• Too many clients per analyst. How many clients does each CRO analyst manage at an agency? It’s a revealing question. “They should have one analyst per 3–4 clients max,” suggests Laja. “Anything more and quality suffers.”

Ask about package costs and what services are included or excluded.

“Ask about all costs related to running a CRO program with a specific agency,” Vabrit says. “What’s included in the service, what’s not. Should they allocate an additional budget to develop and QA tests? What are different tool costs needed for optimization?”

For example, one agency’s retainer maybe half that of a competitor but if that fee doesn’t include QA testing and development costs, you may end up paying more in the long run.

Ask whether an agency’s fee includes:

  • QA testing.
  • Multiple variations for each test. Ask how many variations are included in a package.
  • Optimization and analytics tools.
  • Developer time.
  • Designer time.

If one agency comes in vastly lower than others, ask why. As Laja notes, “some young agencies are just hungry, everyone starts somewhere, and they may be willing to take on clients for less money.”

However, others may try to close the revenue gap with client volume, meaning that analysts are managing 10 or 12 clients at a time.

Ask about their team structure and the sort of consultancy service you should expect.

Does the agency team function like a factory, with many clients per analyst, or would you receive a personalized, consultant-like service? Will you have a single contact, and, if so, who?

Some aspects of team structure aren’t necessarily better than others, but knowing how the team is structured can help you establish expectations. “The main piece of advice that I would have is making sure that all of the parts of the company that an agency will touch are aligned,” Codeacademy’s Layfield said. “Communicating everything is key.”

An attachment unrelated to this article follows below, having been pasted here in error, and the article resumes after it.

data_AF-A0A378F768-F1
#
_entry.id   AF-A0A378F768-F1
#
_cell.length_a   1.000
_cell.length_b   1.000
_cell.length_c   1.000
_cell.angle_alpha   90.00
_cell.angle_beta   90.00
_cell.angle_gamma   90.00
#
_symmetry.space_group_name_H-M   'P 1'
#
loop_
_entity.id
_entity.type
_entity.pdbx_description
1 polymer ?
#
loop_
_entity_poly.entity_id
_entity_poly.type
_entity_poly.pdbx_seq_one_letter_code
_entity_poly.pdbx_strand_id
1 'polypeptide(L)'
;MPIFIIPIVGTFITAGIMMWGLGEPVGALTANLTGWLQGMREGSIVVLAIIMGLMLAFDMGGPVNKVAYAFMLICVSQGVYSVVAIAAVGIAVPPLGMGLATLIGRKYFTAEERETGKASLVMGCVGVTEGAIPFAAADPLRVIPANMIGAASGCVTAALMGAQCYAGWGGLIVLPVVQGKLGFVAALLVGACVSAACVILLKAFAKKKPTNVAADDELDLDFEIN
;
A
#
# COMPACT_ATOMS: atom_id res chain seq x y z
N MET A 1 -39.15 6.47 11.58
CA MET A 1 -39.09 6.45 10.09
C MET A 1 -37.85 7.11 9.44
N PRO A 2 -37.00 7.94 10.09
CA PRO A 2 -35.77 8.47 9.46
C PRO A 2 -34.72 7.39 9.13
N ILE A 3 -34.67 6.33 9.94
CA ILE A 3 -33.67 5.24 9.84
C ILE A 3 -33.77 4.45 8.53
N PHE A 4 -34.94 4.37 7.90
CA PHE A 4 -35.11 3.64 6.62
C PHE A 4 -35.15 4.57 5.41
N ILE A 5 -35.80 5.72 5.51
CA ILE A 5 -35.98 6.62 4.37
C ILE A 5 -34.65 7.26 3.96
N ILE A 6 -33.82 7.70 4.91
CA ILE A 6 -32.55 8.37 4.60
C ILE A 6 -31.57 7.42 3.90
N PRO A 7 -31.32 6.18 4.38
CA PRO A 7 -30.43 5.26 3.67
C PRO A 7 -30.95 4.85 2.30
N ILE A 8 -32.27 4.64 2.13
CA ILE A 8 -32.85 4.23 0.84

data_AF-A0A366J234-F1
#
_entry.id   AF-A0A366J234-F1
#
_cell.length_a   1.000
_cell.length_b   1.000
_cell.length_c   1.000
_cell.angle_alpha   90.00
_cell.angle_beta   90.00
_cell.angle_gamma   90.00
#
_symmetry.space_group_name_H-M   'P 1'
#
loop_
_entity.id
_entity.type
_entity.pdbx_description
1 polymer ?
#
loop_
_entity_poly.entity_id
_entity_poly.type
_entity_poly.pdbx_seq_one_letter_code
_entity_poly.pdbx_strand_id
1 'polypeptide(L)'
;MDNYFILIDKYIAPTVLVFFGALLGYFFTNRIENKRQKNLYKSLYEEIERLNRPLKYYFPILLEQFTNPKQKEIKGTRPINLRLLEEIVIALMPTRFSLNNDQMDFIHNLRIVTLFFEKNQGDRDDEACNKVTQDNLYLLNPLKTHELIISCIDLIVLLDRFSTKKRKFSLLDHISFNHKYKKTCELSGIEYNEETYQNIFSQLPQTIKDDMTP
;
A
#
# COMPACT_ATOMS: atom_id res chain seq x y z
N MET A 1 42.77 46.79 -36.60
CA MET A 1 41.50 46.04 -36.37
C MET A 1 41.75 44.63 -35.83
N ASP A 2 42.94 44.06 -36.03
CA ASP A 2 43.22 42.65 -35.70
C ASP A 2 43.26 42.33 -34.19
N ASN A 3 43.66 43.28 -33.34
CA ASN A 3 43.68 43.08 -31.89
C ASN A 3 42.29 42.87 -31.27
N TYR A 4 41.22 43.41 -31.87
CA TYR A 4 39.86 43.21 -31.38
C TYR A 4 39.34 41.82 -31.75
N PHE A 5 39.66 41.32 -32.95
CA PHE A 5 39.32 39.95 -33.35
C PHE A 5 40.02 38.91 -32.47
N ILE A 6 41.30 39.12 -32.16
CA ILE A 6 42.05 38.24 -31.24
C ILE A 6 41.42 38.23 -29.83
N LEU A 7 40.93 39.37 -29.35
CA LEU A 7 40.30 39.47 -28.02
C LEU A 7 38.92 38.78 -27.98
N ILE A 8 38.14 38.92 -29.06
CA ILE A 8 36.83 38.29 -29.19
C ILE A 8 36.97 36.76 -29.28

Also, ask about their human resources. Do they have developers, designers, customer researchers, and data specialists in-house, or do they outsource their projects to external experts?

Run additional checks on shortlisted agencies to single out better candidates, like reading their content and testimonials.

Here are a few final methods to help you narrow down your list further:

  • Customer testimonials. Read any testimonials on their website, or ask for them, if none are published.
  • Let your team ask questions. Leake had plenty of questions while vetting JungleScout’s CRO agency. She recommends letting relevant team members ask questions as well. This engages the entire team and helps them understand how the agency would affect their role.
  • Ensure the agency specializes in CRO. Vahtra cautions against hiring an agency that focuses on SEO, for example, but does CRO as an add-on. Outsourcing your CRO as an add-on service often leads to slower testing, inaccurate data interpretations, and poor processes.
  • Read their content. Is the agency publishing thought-leadership content that highlights new, innovative ideas?
  • Educational opportunities. CRO agencies will often help teach a company to fish. Do they educate your team so that you can eventually run your own in-house CRO program?